While addressing the popular myth that Shakespeare never re-worked his words, Jonson also wrote,“The players have often mentioned it as an honour to Shakespeare that in his writing (whatsoever he penned) he never blotted out a line. My answer hath been, would he had blotted a thousand.”

So now, my point

Shakespeare is worth the effort, particularly in this day and age, when technology has made his work so much more accessible, both physically and intellectually.

Your local library, for example, likely has any number of Shakespeare’s plays on DVD. If you like, you can turn on the subtitles.

Ahh, that’s better. And no one has to know.

Or you can rewind that bit that just flashed by in a blur.

(“What’d he say?

“Sounded like something about fourteen bras.”)

If your library doesn’t have any DVDs of Shakespeare, look online for any of Kenneth Branagh’s movies based on Shakespeare’s plays. They’re all very good, with the notable exception of his musical version of Love’s Labour’s Lost, which is only interesting insofar as it provides a graphic, even gruesome, example of just how badly Shakespeare can be manhandled.

What is the purpose of this effort? Why should we work a bit to get a grasp of Shakespeare?

Here’s one good reason: Shakespeare’s works and the Bible are the most important artifacts within our literary culture. They profoundly affect not just what we say, but what we think. If you don’t know Shakespeare, you likely don’t know why you think and believe as you do.

To put it in more down-to-earth terms, consider the joke about the two old ladies who are leaving the theater after watching their first Shakespeare play.

“Well,” harrumphs the one to the other. “I don’t know what’s so great about him. All he did was take a bunch of cliches and string them together.”

British poet Robert Graves provided perhaps the final word. “The remarkable thing about Shakespeare is that he really is very good, in spite of all the people who say he is very good.”

(If you want to read more articles like this one, only better, please subscribe by entering your email address in the right place on the right side of this page.)

questionmarks(This is from the files: I wrote it in 2012.)


Lately, a lot of people have been coming up to me to ask me the same question:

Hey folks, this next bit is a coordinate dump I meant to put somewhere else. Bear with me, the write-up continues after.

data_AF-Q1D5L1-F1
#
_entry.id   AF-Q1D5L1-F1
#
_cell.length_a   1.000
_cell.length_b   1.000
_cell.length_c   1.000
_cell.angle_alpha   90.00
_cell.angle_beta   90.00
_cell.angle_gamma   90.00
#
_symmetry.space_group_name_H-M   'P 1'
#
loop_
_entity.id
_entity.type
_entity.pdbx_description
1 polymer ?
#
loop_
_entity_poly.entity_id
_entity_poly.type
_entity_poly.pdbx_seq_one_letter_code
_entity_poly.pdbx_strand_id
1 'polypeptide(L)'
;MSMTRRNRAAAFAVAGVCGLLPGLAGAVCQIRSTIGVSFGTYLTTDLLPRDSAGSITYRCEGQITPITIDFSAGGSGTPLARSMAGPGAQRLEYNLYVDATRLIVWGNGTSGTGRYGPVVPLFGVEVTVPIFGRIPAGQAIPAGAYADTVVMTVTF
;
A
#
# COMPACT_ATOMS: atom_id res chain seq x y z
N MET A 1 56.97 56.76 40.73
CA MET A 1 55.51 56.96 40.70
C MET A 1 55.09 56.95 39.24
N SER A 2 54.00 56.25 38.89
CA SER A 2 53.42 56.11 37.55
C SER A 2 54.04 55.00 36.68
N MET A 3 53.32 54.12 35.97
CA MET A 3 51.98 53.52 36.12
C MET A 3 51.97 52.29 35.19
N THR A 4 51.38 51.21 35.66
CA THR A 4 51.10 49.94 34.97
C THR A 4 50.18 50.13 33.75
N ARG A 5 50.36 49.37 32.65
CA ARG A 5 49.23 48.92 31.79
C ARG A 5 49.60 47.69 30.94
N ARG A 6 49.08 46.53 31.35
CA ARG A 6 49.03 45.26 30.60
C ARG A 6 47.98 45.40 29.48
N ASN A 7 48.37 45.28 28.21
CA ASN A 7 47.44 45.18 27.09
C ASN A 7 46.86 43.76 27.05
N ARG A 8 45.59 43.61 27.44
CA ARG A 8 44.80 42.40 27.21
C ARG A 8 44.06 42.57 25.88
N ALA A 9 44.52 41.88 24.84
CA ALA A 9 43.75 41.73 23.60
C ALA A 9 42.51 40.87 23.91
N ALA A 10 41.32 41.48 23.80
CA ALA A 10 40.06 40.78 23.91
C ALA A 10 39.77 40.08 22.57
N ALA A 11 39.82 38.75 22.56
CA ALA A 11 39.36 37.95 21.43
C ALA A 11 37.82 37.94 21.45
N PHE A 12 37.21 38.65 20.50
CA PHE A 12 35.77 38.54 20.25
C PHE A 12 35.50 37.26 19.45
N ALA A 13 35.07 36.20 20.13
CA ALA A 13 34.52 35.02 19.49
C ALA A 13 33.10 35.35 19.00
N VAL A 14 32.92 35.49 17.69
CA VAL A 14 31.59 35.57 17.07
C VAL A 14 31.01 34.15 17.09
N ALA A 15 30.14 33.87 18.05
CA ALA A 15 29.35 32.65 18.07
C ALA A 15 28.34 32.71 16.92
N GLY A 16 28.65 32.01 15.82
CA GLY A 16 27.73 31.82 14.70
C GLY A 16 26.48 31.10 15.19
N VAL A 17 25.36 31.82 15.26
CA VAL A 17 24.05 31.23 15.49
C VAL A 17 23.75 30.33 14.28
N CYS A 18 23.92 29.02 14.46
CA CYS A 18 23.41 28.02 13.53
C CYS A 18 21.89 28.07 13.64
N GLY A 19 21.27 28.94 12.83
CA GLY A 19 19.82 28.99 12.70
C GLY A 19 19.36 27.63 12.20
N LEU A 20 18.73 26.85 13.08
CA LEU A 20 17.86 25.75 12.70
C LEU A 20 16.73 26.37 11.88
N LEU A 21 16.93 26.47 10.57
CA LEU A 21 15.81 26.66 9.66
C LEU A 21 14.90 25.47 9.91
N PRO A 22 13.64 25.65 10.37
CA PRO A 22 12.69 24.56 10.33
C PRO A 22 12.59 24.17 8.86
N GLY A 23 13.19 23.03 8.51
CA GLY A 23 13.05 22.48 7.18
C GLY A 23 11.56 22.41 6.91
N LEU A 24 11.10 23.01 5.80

“Mark, do a lot of people come up to you to ask you questions?”


The answer is yes. And that’s fine. Asking questions is the only way you’ll ever learn anything, other than perhaps reading a book, and let’s be frank:  who among us is likely to do that?


To save my readers the effort of seeking me out, coming up to me and asking me a question, I’ve provided a helpful sampling of recent questions I was able to ably answer. This should serve as a sort of reference guide for your own inquiries.


• For example, after parking behind the office this morning I was approached by someone who asked, “Hey, is this the Sequim Gazette?”


I told him, “No, and I’m rather surprised by your confusion. The Sequim Gazette is a flat rectangular thing, about 20 inches by 12, and constructed entirely of paper. You’ll recognize it immediately because it has ‘Sequim Gazette’ in very large letters across the top.”


• The other day a lovely woman, a coquettish blonde, stopped me as I was taking in the morning air on Washington Street. “Say, Mistuh” she asked, “do you know where a girl can get a drink in this burg? And by the way, my eyes are up here.”


“Why!” I cried. “This is a civilized community. We have no truck with gender discrimination. You are free to purchase an alcoholic beverage anywhere a man is welcome. And damned be he who says different!”


• An older man, too, recently came up to me, apparently a stranger in town. “How do I get to the Safeway?” he asked.


I pondered the question for a moment before answering. “Most people take a car,” I helpfully responded. “And because this is a small town, many also walk.”


“And,” I added, “a shockingly large number arrive and depart via personal mobility devices.”


“Any of these means of conveyance are acceptable.”


• And just last week a young woman pulled up to me in her car. She was in obvious distress. “My husband is bleeding profusely from a fly fishing wound he received to the neck,” she cried. “Where is the nearest hospital?”


“Well,” I responded. “it’s exactly where it has always been. That your husband is bleeding, no matter how profusely, is entirely unlikely to effect a change in the location of a structure as large and weighty as Olympic Memorial Hospital. If your husband survives, I certainly hope the two of you will further acquaint yourselves with certain basic facts of physical science.”


• And finally, my wife just this moment came up to me with a question. “Mark, don’t you think you’ve beaten this joke to a point well beyond a dignified death?”


To which I responded, “You’ll know when that has occurred when you see the appropriate sign, to wit”:



(Hey, for more stuff like this, only a lot better, be sure to subscribe to this blog. The form is over there somewhere –>